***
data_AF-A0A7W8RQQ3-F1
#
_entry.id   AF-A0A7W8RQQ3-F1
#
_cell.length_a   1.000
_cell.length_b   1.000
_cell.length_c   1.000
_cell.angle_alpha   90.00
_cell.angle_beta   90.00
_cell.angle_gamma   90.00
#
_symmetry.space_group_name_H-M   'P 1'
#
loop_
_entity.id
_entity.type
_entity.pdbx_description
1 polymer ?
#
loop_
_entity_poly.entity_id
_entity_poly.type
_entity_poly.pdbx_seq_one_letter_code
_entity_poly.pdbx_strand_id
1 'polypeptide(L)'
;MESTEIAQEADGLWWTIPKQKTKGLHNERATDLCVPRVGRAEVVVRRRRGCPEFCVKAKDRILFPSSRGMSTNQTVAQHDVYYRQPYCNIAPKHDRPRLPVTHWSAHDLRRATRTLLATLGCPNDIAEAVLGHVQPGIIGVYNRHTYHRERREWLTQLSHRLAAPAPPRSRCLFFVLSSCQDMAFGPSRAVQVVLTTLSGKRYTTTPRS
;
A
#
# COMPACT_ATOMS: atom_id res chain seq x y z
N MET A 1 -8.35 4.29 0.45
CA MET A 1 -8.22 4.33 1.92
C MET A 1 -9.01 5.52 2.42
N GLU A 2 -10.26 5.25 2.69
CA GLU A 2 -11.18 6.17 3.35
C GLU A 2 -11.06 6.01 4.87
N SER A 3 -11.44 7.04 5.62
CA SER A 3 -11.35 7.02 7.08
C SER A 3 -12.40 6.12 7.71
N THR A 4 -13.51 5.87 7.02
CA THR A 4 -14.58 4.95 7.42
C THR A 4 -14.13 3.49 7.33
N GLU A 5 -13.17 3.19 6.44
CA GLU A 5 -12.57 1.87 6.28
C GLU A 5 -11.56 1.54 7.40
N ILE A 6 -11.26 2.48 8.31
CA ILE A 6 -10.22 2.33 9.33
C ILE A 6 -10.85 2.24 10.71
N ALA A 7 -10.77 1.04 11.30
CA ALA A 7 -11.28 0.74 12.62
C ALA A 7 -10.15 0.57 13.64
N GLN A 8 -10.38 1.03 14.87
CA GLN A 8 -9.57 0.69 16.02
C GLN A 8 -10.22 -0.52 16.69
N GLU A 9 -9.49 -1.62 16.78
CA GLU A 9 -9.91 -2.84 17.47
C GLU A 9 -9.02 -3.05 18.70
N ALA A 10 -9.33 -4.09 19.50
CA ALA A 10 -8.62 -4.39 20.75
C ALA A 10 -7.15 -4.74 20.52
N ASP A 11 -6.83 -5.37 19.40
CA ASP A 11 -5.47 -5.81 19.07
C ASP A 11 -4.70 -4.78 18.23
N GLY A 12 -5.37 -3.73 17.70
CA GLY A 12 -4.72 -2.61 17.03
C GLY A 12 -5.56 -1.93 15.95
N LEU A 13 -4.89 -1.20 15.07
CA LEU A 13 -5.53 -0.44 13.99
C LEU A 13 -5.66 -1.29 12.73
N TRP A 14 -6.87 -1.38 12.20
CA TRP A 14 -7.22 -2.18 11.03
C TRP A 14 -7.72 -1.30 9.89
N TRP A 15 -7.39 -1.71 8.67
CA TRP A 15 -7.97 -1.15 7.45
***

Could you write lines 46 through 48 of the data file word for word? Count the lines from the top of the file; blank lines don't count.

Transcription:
N ILE A 6 -11.26 2.48 8.31
CA ILE A 6 -10.22 2.33 9.33
C ILE A 6 -10.85 2.24 10.71